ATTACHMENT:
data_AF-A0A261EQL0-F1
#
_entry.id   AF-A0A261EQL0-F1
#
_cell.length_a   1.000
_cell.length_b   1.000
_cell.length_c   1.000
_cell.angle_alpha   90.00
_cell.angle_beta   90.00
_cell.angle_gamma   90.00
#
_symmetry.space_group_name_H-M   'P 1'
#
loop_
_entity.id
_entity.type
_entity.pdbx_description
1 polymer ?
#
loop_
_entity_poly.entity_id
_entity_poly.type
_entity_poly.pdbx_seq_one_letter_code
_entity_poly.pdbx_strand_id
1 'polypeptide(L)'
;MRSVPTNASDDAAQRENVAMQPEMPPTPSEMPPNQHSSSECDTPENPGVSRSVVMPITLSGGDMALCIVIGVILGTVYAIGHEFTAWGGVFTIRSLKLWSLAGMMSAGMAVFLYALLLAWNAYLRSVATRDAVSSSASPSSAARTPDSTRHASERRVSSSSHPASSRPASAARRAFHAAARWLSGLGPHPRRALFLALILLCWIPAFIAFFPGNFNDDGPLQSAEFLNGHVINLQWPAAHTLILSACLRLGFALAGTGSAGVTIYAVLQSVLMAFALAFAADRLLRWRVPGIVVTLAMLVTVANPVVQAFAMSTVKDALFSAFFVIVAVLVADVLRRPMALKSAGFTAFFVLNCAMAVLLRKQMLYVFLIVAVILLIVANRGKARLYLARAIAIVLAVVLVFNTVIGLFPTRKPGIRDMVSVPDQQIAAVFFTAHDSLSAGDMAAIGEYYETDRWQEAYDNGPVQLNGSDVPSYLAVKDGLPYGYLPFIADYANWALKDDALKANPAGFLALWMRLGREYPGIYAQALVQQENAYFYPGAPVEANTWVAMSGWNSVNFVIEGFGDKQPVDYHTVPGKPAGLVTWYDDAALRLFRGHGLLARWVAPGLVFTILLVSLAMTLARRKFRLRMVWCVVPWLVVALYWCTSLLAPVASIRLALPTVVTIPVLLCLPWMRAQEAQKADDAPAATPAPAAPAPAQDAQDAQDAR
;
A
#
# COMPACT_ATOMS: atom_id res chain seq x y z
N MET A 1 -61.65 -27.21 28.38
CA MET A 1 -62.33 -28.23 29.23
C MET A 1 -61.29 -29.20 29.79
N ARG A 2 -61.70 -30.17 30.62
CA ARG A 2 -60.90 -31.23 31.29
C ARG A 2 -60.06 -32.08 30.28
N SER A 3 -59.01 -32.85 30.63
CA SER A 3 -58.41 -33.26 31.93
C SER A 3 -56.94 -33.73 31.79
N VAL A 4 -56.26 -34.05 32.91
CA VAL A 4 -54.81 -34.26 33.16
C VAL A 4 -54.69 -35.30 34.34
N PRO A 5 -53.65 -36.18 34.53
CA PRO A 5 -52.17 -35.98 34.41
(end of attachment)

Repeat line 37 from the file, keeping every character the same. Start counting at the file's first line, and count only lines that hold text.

N SER A 3 -59.01 -32.85 30.63